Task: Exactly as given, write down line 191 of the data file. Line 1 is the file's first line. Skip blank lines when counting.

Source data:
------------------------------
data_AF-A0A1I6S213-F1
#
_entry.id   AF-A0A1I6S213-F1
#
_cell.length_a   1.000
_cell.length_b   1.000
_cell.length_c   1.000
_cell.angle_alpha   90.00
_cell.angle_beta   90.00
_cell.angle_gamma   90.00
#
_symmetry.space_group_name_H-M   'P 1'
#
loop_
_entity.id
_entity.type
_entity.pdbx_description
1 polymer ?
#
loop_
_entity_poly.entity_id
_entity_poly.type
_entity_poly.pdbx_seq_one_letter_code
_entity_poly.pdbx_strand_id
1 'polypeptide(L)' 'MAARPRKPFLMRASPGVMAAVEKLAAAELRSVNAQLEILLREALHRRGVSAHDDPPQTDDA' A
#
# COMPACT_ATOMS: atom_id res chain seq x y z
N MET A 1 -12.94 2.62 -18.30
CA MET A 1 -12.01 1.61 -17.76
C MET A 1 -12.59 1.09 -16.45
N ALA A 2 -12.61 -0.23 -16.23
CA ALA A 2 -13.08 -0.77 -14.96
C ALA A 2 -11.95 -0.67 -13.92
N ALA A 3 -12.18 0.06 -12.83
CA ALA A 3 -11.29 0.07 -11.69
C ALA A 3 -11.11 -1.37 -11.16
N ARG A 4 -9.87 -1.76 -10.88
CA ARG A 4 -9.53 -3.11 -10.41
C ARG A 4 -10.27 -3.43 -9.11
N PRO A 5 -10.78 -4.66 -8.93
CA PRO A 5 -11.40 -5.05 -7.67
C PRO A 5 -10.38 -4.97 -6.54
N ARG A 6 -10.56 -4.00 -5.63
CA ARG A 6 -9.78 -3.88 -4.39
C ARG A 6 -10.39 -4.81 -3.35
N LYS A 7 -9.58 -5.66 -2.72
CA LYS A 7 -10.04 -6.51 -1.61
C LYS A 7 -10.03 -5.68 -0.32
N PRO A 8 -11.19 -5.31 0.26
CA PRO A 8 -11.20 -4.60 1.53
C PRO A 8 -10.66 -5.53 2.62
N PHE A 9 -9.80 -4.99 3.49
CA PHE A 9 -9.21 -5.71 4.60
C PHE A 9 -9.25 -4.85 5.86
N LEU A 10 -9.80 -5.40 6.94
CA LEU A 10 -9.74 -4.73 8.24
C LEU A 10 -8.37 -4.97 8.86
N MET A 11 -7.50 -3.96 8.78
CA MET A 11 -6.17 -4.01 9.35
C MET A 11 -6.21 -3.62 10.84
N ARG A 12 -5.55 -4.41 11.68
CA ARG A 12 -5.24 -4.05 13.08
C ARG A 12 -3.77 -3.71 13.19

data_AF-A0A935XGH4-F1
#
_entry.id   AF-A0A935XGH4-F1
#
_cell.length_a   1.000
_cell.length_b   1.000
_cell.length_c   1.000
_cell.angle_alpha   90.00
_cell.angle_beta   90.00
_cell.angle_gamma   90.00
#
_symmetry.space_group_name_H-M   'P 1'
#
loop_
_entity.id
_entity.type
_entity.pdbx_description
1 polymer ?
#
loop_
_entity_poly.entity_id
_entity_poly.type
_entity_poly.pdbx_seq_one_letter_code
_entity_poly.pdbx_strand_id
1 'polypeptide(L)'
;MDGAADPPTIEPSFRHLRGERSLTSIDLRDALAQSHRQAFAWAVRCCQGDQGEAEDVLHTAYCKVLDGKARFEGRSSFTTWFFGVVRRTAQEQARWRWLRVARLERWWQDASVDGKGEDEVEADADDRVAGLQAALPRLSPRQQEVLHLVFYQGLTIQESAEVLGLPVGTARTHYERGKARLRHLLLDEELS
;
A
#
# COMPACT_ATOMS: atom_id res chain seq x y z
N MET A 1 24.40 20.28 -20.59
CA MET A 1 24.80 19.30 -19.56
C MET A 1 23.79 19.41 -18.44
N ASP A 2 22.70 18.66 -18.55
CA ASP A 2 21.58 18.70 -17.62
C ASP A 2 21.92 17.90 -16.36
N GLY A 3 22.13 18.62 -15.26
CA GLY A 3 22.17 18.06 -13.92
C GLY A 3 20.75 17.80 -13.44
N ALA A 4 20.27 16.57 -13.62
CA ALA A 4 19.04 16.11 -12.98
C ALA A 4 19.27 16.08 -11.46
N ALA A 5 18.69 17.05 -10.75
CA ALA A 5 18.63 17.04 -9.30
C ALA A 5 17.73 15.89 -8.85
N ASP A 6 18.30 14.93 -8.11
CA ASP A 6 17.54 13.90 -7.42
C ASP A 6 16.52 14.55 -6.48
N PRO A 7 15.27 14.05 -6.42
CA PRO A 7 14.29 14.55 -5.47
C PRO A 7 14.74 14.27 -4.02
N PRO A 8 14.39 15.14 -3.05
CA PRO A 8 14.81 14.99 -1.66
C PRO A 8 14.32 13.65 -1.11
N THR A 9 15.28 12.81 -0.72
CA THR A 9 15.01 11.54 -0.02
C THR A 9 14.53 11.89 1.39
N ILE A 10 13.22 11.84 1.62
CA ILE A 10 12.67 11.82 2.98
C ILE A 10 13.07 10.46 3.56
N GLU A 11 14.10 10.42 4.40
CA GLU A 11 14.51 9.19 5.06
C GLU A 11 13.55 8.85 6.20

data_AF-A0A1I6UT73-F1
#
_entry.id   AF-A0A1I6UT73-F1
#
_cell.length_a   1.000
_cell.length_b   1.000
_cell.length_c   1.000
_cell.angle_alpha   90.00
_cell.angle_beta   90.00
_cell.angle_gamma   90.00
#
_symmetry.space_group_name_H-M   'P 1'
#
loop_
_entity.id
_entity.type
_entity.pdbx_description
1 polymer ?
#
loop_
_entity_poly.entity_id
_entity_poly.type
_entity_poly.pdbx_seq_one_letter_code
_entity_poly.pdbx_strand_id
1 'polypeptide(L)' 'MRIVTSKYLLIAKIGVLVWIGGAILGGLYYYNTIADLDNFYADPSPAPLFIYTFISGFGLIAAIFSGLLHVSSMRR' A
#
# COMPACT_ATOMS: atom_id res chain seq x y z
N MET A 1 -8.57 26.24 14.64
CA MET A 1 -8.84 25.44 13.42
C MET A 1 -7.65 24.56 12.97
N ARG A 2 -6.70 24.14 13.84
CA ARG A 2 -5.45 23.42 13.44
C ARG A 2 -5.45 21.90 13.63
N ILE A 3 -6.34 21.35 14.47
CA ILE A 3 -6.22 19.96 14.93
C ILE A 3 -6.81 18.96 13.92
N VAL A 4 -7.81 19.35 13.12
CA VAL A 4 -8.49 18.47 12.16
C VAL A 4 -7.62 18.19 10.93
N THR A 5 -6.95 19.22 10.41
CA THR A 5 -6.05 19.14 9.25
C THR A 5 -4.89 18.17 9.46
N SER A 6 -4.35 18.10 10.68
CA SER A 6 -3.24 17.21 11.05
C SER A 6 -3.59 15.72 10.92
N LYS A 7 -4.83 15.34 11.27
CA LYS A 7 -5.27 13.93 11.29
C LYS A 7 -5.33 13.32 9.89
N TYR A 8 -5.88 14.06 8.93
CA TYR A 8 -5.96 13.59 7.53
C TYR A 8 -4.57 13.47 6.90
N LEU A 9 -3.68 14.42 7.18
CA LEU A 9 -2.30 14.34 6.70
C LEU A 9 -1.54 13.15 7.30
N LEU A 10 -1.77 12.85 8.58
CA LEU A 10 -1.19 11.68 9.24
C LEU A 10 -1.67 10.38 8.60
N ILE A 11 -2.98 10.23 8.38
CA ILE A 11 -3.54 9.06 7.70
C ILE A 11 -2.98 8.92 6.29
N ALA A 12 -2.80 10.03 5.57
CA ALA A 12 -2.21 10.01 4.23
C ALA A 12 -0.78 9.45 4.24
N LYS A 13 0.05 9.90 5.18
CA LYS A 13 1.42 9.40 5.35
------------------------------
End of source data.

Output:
CA LYS A 13 1.42 9.40 5.35